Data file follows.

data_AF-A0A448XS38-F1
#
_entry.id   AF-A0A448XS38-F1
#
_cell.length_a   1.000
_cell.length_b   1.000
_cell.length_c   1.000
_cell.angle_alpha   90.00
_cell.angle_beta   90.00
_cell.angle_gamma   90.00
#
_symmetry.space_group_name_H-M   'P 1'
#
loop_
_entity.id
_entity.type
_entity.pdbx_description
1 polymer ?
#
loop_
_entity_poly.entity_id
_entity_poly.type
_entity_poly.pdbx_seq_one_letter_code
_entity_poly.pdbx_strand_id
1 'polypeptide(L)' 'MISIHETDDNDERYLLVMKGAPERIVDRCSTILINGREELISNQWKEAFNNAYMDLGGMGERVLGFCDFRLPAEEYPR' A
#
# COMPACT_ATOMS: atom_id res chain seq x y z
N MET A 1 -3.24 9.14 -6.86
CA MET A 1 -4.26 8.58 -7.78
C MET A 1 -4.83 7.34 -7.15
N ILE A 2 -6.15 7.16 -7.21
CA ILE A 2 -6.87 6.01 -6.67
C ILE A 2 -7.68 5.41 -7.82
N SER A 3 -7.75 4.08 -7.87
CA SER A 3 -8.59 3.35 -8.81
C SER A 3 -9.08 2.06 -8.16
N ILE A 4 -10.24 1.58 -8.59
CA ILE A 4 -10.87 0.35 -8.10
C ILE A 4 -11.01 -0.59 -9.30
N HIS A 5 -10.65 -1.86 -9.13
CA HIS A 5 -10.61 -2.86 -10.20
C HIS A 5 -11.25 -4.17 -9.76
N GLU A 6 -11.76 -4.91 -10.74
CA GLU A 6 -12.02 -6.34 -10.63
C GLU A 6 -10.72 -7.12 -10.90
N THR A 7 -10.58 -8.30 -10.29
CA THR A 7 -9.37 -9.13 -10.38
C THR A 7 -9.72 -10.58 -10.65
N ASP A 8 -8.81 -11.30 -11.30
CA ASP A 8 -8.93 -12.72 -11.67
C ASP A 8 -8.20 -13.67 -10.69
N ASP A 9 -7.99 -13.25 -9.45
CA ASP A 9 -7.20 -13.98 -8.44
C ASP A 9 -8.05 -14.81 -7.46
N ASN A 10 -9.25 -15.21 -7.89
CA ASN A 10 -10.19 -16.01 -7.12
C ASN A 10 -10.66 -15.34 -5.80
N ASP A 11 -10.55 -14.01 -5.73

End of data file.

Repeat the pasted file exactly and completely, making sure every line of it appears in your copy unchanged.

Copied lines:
data_AF-A0A448XS38-F1
#
_entry.id   AF-A0A448XS38-F1
#
_cell.length_a   1.000
_cell.length_b   1.000
_cell.length_c   1.000
_cell.angle_alpha   90.00
_cell.angle_beta   90.00
_cell.angle_gamma   90.00
#
_symmetry.space_group_name_H-M   'P 1'
#
loop_
_entity.id
_entity.type
_entity.pdbx_description
1 polymer ?
#
loop_
_entity_poly.entity_id
_entity_poly.type
_entity_poly.pdbx_seq_one_letter_code
_entity_poly.pdbx_strand_id
1 'polypeptide(L)' 'MISIHETDDNDERYLLVMKGAPERIVDRCSTILINGREELISNQWKEAFNNAYMDLGGMGERVLGFCDFRLPAEEYPR' A
#
# COMPACT_ATOMS: atom_id res chain seq x y z
N MET A 1 -3.24 9.14 -6.86
CA MET A 1 -4.26 8.58 -7.78
C MET A 1 -4.83 7.34 -7.15
N ILE A 2 -6.15 7.16 -7.21
CA ILE A 2 -6.87 6.01 -6.67
C ILE A 2 -7.68 5.41 -7.82
N SER A 3 -7.75 4.08 -7.87
CA SER A 3 -8.59 3.35 -8.81
C SER A 3 -9.08 2.06 -8.16
N ILE A 4 -10.24 1.58 -8.59
CA ILE A 4 -10.87 0.35 -8.10
C ILE A 4 -11.01 -0.59 -9.30
N HIS A 5 -10.65 -1.86 -9.13
CA HIS A 5 -10.61 -2.86 -10.20
C HIS A 5 -11.25 -4.17 -9.76
N GLU A 6 -11.76 -4.91 -10.74
CA GLU A 6 -12.02 -6.34 -10.63
C GLU A 6 -10.72 -7.12 -10.90
N THR A 7 -10.58 -8.30 -10.29
CA THR A 7 -9.37 -9.13 -10.38
C THR A 7 -9.72 -10.58 -10.65
N ASP A 8 -8.81 -11.30 -11.30
CA ASP A 8 -8.93 -12.72 -11.67
C ASP A 8 -8.20 -13.67 -10.69
N ASP A 9 -7.99 -13.25 -9.45
CA ASP A 9 -7.20 -13.98 -8.44
C ASP A 9 -8.05 -14.81 -7.46
N ASN A 10 -9.25 -15.21 -7.89
CA ASN A 10 -10.19 -16.01 -7.12
C ASN A 10 -10.66 -15.34 -5.80
N ASP A 11 -10.55 -14.01 -5.73